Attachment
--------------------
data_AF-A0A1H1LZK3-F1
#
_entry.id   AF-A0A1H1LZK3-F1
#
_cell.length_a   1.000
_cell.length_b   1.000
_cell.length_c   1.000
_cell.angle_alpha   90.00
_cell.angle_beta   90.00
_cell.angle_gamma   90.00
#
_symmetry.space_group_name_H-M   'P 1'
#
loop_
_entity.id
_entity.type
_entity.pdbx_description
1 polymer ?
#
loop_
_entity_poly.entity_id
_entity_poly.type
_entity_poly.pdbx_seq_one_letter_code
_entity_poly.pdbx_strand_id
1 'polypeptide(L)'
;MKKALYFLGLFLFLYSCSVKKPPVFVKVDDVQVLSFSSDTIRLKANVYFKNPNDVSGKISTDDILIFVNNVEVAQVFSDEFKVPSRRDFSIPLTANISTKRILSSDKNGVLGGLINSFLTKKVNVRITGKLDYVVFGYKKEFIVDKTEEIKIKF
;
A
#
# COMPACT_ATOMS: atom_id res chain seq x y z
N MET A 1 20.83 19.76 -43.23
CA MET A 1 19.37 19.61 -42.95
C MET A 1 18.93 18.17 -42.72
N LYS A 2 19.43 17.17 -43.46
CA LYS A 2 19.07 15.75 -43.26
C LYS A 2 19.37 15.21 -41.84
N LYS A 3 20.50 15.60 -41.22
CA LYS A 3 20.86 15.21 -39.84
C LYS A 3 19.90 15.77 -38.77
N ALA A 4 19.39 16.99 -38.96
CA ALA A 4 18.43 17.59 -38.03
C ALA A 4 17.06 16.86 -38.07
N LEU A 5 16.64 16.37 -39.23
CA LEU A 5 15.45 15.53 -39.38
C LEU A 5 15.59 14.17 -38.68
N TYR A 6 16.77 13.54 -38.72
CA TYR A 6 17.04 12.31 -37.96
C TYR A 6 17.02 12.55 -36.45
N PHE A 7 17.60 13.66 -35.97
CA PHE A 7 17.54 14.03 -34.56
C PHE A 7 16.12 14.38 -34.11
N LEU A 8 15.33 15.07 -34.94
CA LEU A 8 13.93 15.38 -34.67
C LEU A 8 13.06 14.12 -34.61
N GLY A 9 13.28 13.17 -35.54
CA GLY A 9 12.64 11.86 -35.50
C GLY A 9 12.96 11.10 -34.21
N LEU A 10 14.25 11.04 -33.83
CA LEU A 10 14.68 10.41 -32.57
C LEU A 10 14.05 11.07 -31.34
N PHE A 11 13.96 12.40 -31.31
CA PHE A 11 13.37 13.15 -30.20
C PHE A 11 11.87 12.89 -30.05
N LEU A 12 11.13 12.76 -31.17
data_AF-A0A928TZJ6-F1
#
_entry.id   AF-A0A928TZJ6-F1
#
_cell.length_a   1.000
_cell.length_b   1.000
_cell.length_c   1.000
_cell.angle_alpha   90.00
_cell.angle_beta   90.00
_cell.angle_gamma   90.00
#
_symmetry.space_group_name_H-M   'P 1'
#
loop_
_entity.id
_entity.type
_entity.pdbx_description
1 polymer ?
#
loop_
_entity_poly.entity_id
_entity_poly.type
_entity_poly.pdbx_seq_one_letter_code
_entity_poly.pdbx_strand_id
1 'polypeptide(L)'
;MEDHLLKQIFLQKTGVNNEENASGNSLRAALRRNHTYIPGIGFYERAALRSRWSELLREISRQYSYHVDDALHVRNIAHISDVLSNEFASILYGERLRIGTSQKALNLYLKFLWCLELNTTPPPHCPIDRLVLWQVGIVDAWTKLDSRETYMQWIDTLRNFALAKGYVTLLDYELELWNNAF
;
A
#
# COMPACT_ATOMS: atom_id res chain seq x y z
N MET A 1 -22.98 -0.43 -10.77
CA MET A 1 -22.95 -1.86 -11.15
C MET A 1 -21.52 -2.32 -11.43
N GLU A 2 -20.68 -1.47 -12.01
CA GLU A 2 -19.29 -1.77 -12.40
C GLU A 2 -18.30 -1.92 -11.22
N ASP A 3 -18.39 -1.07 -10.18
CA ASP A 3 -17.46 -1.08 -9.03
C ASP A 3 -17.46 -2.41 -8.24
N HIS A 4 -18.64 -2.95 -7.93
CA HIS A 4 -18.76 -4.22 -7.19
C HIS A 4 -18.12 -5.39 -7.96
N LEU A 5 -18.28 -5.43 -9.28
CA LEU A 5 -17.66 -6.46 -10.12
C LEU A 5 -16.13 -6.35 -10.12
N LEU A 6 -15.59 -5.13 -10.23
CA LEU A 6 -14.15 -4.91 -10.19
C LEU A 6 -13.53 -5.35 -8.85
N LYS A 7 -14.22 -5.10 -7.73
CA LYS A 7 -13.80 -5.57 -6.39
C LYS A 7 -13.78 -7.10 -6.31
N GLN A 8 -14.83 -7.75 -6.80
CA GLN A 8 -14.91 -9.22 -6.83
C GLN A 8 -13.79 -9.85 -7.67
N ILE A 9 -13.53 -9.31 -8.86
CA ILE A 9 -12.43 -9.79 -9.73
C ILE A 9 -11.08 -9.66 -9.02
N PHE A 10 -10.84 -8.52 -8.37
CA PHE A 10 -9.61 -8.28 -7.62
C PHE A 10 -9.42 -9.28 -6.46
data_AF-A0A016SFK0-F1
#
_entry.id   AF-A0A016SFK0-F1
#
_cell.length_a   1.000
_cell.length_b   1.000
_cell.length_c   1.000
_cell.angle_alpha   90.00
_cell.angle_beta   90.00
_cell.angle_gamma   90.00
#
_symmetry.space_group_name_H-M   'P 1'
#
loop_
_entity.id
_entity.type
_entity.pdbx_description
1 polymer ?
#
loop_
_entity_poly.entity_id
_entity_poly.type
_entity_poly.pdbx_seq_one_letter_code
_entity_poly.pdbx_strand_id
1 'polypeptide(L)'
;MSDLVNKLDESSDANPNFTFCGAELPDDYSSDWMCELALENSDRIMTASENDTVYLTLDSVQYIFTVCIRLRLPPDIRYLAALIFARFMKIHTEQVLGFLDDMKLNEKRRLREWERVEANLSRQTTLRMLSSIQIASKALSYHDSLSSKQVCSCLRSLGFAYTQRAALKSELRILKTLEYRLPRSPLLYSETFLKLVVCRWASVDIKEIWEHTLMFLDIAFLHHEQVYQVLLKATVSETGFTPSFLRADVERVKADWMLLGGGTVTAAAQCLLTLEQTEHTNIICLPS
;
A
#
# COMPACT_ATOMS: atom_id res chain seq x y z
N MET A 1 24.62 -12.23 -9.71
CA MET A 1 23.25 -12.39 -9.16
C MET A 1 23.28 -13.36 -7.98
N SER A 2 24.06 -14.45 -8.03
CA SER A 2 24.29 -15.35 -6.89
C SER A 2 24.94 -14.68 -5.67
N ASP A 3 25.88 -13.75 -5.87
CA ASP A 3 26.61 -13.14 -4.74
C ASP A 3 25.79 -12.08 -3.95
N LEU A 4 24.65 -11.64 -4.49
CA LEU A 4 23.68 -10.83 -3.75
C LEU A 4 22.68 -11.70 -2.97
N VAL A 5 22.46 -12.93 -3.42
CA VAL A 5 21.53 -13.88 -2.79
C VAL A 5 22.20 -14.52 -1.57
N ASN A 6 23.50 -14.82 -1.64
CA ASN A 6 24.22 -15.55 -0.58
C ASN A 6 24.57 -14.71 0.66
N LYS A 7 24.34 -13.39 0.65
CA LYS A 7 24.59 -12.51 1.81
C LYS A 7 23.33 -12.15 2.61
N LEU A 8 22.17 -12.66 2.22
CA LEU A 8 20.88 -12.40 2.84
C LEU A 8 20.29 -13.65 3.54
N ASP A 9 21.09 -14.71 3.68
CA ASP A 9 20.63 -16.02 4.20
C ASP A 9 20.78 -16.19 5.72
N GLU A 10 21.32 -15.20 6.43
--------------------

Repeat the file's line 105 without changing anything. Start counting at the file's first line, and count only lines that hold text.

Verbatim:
CA HIS A 4 -18.76 -4.22 -7.19